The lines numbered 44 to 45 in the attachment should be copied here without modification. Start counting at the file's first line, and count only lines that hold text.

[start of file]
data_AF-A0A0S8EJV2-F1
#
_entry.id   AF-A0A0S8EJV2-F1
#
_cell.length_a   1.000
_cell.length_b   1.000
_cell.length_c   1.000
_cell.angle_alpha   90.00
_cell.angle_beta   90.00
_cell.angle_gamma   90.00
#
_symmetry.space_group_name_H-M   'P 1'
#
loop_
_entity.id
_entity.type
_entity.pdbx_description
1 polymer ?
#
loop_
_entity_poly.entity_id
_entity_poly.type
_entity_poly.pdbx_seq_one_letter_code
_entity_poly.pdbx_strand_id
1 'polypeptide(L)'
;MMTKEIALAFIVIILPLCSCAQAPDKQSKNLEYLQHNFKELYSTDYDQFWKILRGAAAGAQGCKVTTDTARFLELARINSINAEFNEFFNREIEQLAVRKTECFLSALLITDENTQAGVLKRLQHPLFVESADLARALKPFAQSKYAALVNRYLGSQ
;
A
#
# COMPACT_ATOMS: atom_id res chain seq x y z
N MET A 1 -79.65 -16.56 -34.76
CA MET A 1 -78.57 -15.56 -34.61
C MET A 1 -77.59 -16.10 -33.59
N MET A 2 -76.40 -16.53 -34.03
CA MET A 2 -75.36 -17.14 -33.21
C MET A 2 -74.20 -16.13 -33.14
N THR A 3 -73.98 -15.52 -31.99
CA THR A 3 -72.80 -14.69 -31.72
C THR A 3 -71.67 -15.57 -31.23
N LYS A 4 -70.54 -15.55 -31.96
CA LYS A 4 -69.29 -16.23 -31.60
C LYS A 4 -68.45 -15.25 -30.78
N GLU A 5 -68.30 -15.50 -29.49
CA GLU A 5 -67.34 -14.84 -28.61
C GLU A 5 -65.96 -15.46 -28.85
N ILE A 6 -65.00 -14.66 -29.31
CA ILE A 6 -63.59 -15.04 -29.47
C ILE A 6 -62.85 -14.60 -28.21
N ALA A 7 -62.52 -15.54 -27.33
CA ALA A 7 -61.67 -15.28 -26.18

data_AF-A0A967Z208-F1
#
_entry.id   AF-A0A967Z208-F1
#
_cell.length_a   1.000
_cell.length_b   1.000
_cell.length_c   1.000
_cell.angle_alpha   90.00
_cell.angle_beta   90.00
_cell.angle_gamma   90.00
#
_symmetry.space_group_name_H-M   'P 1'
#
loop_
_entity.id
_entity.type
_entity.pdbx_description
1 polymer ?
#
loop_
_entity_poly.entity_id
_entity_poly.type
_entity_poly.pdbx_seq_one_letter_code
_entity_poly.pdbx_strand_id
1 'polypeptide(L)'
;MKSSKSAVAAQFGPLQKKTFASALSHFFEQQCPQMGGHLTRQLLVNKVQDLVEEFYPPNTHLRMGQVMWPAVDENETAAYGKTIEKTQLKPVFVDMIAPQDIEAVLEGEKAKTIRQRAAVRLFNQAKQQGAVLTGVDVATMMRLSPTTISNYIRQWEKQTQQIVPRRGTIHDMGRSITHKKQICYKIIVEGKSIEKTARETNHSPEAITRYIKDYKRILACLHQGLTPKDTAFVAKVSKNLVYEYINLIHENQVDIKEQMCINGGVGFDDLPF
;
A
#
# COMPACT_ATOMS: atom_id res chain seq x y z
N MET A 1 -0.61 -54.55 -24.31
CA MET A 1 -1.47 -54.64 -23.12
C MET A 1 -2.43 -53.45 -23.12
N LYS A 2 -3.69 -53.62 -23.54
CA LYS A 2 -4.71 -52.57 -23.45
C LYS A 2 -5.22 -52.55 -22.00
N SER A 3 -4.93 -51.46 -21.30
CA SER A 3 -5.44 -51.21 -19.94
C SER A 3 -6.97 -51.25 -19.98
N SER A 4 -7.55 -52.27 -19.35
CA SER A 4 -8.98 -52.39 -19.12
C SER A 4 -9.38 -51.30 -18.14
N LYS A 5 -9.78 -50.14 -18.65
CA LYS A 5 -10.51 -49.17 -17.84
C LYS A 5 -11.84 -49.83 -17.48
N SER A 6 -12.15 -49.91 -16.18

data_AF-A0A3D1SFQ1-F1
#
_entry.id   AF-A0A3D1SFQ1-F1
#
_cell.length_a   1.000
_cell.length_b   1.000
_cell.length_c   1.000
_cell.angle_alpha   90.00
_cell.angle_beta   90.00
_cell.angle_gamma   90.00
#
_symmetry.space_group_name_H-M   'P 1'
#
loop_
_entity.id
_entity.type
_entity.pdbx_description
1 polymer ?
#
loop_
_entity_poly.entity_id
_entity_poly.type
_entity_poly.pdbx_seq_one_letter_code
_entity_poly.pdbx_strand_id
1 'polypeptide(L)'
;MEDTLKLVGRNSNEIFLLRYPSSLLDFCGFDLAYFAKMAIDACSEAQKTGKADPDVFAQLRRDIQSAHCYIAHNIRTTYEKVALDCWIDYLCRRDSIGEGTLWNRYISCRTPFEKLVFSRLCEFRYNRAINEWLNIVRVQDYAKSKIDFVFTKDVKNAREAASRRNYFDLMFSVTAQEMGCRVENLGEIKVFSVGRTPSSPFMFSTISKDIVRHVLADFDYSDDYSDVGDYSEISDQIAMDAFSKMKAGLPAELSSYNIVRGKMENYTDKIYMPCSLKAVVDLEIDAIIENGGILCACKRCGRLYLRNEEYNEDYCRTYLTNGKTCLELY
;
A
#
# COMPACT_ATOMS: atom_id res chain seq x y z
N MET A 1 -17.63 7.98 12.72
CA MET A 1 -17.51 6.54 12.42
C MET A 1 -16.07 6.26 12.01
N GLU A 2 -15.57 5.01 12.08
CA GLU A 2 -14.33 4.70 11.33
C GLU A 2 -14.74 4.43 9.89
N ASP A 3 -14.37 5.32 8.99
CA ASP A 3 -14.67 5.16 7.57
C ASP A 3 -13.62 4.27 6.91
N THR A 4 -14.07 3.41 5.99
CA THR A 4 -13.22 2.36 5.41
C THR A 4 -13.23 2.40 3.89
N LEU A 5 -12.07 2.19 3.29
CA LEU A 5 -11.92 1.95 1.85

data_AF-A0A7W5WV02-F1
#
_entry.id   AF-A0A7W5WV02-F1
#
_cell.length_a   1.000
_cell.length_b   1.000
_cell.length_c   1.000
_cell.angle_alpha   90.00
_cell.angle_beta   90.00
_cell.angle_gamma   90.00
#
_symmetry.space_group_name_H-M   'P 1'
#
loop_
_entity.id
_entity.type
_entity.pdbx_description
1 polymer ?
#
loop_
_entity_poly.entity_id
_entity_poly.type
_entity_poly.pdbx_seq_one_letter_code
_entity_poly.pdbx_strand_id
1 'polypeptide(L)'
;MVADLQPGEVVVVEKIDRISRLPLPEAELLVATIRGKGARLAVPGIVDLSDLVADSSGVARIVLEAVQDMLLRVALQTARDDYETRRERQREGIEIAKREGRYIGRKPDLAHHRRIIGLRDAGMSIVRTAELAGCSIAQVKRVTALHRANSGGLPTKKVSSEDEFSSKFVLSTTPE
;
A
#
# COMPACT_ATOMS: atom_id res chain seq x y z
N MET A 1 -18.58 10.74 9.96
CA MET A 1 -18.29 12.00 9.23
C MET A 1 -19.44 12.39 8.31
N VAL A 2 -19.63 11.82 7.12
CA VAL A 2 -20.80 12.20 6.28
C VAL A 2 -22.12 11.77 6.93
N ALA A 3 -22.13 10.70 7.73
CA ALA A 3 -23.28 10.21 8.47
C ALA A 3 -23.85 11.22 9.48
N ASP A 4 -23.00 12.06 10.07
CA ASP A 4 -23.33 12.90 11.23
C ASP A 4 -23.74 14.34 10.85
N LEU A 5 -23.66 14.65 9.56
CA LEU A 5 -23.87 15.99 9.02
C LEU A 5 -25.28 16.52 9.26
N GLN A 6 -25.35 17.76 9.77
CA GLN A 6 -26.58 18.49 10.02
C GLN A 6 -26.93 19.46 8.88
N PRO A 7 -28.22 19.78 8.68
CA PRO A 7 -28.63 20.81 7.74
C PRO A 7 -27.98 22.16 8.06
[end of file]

CA GLU A 5 -67.34 -14.84 -28.61
C GLU A 5 -65.96 -15.46 -28.85